There are a few different places that you can order the splints from, they vary in price but like I said, they are fairly expensive. I’ll probably invest in some in the future but for now the homemade ones will do just fine.

Life can be cruel.

Sometimes life can be so unbearably unfair. I look at the people around me – be it family members or cyber friends – and I see so much pain and illness. It breaks my heart to see so many incredible people who’s lives have been forever altered so drastically by things like MS, Fibromyalgia, Parkinson’s, strokes, cancer, and tissue disorders. How can there be such a high rate of chronic pain and illness? How can so many things go so terribly wrong with the human body? I so desperately wish that I had a magic wand that I could wave and make everyone’s pain go away. I wish they could have their normal lives back and be able to experience what it feels like to live without pain for a day again. It’s such a sickening feeling; to watch the people that you care about suffering and not be able to take it away. And, it makes me sad to know that’s the same terrible, helpless feeling that my mom gets not being able to take my pain away.

I would do anything to give my mom her life back. I’ve dreamt for years of a day when she would wake up in the morning happy, rested and pain-free. And now, worse than that, she has to cope with having a daughter who is physically falling apart and unable to care for herself the way a healthy 19 year old can. It’s a lot to handle, more than anyone should have to. There’s so much uncertainty and with it comes a constant uneasiness – a fear of what might happen next. I know one thing’s for sure; we’re a team and without her I can’t imagine how I’d cope with this life.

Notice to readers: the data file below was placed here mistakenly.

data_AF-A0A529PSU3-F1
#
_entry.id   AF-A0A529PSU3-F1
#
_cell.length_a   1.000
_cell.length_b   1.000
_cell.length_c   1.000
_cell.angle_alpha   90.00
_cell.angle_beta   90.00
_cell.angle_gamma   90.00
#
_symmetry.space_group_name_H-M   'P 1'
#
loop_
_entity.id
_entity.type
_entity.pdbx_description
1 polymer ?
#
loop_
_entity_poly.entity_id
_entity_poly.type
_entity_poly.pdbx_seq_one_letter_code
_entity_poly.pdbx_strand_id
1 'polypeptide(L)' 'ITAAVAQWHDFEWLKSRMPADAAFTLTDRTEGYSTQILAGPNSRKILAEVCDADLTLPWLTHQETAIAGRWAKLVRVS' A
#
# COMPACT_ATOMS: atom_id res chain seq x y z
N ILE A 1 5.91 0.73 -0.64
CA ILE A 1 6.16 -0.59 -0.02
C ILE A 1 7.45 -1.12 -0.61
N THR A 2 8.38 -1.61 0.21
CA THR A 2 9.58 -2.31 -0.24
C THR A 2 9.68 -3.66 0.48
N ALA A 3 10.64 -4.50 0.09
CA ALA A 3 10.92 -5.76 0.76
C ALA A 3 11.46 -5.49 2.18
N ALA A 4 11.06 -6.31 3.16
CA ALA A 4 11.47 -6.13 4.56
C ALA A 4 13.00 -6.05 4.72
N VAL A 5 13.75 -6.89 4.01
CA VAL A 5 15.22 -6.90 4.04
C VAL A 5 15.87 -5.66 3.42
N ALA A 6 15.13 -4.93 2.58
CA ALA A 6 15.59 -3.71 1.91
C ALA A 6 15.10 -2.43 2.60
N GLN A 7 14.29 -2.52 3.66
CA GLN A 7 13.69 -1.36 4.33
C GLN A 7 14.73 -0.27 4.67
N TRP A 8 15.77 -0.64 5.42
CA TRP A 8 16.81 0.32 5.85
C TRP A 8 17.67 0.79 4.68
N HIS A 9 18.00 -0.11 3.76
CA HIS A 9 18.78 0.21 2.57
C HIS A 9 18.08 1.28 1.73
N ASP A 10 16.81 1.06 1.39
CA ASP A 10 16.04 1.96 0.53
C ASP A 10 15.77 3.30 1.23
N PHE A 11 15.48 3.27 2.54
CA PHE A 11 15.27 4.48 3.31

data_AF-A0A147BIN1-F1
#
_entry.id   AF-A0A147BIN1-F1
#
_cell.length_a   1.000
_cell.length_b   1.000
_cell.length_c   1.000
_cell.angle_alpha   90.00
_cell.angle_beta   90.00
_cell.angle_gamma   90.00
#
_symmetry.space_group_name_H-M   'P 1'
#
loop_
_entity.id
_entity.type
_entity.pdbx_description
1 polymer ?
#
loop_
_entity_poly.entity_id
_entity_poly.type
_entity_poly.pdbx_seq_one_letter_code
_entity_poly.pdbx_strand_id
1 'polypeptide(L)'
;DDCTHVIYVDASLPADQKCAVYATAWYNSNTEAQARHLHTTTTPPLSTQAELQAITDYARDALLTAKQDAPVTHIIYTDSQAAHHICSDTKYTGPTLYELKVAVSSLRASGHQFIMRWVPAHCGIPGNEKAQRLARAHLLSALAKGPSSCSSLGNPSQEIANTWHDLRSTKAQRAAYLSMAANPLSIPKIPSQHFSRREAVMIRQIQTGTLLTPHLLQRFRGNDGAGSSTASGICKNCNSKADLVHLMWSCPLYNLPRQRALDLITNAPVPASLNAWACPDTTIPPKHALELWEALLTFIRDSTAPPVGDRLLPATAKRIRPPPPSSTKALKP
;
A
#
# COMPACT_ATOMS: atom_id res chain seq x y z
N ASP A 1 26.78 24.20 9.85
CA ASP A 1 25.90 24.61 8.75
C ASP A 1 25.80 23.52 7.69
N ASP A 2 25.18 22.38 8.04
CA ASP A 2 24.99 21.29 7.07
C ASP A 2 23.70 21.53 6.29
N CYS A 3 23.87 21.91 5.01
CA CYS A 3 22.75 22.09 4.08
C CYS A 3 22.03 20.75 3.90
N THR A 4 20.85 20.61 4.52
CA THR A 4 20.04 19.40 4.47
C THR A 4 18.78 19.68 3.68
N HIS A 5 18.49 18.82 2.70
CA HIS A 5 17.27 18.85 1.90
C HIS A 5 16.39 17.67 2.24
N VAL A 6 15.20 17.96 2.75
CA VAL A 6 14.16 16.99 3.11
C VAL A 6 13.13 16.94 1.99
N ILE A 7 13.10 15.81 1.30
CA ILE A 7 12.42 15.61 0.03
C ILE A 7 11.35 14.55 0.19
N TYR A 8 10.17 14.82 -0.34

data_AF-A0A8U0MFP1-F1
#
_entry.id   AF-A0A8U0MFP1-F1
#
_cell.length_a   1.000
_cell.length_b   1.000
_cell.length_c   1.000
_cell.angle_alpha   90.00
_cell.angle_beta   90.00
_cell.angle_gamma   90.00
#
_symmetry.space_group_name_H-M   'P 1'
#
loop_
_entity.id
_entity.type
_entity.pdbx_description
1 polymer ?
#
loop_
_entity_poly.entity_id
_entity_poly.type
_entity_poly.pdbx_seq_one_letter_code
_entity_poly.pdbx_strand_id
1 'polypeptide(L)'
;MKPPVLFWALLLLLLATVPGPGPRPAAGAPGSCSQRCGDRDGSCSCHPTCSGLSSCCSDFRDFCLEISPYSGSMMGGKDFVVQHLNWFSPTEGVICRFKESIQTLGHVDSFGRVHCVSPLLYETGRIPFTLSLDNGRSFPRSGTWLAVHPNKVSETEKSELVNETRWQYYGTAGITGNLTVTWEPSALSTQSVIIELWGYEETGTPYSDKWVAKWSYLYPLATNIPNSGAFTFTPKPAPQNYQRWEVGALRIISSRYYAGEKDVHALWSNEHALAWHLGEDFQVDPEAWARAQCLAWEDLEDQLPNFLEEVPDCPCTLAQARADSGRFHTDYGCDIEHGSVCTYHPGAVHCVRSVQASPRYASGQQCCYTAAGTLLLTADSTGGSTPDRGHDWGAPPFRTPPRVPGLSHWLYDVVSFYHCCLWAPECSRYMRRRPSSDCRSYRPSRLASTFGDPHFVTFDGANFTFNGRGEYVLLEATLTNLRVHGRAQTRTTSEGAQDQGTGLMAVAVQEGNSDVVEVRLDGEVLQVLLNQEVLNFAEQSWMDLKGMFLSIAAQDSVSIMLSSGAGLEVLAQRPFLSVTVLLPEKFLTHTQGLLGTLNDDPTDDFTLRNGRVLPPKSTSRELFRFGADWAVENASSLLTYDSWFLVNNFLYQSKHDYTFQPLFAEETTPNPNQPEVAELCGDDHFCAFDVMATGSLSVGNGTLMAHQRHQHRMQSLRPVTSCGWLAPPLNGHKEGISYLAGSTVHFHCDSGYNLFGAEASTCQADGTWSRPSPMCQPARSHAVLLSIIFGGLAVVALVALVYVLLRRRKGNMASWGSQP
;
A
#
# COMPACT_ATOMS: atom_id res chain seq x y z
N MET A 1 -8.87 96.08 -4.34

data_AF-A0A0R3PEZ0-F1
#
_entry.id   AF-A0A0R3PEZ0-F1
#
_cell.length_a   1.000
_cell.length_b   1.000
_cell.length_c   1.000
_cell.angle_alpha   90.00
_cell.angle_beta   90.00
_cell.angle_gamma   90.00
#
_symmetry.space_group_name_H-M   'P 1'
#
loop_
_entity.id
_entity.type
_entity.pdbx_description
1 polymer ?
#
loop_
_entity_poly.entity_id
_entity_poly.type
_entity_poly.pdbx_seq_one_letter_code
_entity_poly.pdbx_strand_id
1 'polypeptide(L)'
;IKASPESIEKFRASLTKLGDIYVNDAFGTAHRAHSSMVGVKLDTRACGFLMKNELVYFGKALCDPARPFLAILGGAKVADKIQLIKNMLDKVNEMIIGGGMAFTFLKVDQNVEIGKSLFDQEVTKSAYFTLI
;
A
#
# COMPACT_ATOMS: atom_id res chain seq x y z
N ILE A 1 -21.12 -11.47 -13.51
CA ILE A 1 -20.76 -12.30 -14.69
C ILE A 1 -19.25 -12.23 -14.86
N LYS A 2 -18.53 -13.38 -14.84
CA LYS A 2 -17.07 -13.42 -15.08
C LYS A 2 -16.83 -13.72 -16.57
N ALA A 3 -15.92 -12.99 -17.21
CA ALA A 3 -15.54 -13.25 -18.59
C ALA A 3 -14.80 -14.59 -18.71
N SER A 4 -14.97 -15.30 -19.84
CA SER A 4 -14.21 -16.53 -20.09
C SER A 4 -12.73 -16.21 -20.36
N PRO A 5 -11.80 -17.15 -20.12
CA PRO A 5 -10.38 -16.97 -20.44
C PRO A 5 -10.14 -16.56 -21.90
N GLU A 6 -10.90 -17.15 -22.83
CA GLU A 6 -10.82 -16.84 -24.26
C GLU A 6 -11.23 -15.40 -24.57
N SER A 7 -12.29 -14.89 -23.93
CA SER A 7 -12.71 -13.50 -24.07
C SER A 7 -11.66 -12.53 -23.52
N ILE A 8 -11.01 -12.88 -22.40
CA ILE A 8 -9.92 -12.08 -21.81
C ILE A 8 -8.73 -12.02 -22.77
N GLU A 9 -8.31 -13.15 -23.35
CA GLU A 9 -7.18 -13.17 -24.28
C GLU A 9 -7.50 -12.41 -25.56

To all those in my life – cyber or otherwise – who’re in pain; you are always in my thoughts. I’m sorry you’ve been dealt such a difficult hand in life and I wish that I could make it all better. I’ve learnt so much about life and perseverance from all of you. You’ve all not only taught me more about myself and how to better handle my own situation but you’ve also opened my eyes to the many faces behind pain. You teach me things that even first hand experience in the matter can’t. I hope you know that I’m here for you. I’m here with you.

Thank you and much love.

In Kindness There Is Strength by Βethan

Lung issues and more spinal problems.

A few days ago we received the medical records/results of my recent specialist appointments and tests in Vancouver – they weren’t exactly what I had hoped.

The X-ray showing my mid and upper spine shows vertebrae wedging (compression of the vertabrae caused by degeneration) along with Spondylosis (degenerative osteoarthritis of the joints between the centre of the spinal vertebrae and/or neural foraminae). This was a bit hard to digest because we knew that my lower spine had some degenerative problems (large synovial cyst, uncommon in those under 65, very rare in those under 40) but thought that was the extent of my spinal problems. I wasn’t expecting to hear that my mid spine looks like that of a middle aged person already too. My lower back’s been hurting me more than anything these past few months and it’s been continually getting worse. It hurts up higher too but not very much, hopefully it’ll stay that way for a long time yet.